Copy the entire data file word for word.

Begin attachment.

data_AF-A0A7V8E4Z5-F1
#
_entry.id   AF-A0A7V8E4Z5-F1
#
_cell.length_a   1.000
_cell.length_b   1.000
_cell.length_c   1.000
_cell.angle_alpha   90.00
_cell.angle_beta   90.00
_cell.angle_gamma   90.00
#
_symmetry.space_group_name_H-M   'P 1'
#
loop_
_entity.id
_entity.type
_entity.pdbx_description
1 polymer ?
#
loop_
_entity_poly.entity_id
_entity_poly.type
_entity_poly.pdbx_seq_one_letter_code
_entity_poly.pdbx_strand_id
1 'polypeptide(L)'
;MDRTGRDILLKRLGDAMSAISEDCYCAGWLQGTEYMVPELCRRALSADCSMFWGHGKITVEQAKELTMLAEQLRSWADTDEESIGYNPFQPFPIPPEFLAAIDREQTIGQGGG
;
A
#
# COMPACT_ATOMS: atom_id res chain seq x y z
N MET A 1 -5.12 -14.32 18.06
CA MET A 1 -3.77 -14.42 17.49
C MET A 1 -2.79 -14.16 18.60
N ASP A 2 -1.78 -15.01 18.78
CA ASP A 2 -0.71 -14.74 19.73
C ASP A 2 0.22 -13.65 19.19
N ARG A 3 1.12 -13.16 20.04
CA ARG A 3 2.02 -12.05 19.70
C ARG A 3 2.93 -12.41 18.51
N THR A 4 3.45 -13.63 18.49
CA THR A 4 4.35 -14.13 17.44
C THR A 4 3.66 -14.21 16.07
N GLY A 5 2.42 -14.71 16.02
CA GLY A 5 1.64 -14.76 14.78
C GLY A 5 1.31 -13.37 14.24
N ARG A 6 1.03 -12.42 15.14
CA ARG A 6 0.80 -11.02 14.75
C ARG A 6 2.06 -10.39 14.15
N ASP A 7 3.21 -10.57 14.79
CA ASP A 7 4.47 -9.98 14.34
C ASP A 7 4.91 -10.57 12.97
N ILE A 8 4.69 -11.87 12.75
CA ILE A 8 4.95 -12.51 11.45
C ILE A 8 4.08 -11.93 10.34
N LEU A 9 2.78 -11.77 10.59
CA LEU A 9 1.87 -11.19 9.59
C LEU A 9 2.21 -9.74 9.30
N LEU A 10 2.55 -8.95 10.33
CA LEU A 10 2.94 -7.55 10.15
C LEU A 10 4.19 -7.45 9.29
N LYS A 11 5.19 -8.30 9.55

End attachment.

data_AF-A0A7V8E4Z5-F1
#
_entry.id   AF-A0A7V8E4Z5-F1
#
_cell.length_a   1.000
_cell.length_b   1.000
_cell.length_c   1.000
_cell.angle_alpha   90.00
_cell.angle_beta   90.00
_cell.angle_gamma   90.00
#
_symmetry.space_group_name_H-M   'P 1'
#
loop_
_entity.id
_entity.type
_entity.pdbx_description
1 polymer ?
#
loop_
_entity_poly.entity_id
_entity_poly.type
_entity_poly.pdbx_seq_one_letter_code
_entity_poly.pdbx_strand_id
1 'polypeptide(L)'
;MDRTGRDILLKRLGDAMSAISEDCYCAGWLQGTEYMVPELCRRALSADCSMFWGHGKITVEQAKELTMLAEQLRSWADTDEESIGYNPFQPFPIPPEFLAAIDREQTIGQGGG
;
A
#
# COMPACT_ATOMS: atom_id res chain seq x y z
N MET A 1 -5.12 -14.32 18.06
CA MET A 1 -3.77 -14.42 17.49
C MET A 1 -2.79 -14.16 18.60
N ASP A 2 -1.78 -15.01 18.78
CA ASP A 2 -0.71 -14.74 19.73
C ASP A 2 0.22 -13.65 19.19
N ARG A 3 1.12 -13.16 20.04
CA ARG A 3 2.02 -12.05 19.70
C ARG A 3 2.93 -12.41 18.51
N THR A 4 3.45 -13.63 18.49
CA THR A 4 4.35 -14.13 17.44
C THR A 4 3.66 -14.21 16.07
N GLY A 5 2.42 -14.71 16.02
CA GLY A 5 1.64 -14.76 14.78
C GLY A 5 1.31 -13.37 14.24
N ARG A 6 1.03 -12.42 15.14
CA ARG A 6 0.80 -11.02 14.75
C ARG A 6 2.06 -10.39 14.15
N ASP A 7 3.21 -10.57 14.79
CA ASP A 7 4.47 -9.98 14.34
C ASP A 7 4.91 -10.57 12.97
N ILE A 8 4.69 -11.87 12.75
CA ILE A 8 4.95 -12.51 11.45
C ILE A 8 4.08 -11.93 10.34
N LEU A 9 2.78 -11.77 10.59
CA LEU A 9 1.87 -11.19 9.59
C LEU A 9 2.21 -9.74 9.30
N LEU A 10 2.55 -8.95 10.33
CA LEU A 10 2.94 -7.55 10.15
C LEU A 10 4.19 -7.45 9.29
N LYS A 11 5.19 -8.30 9.55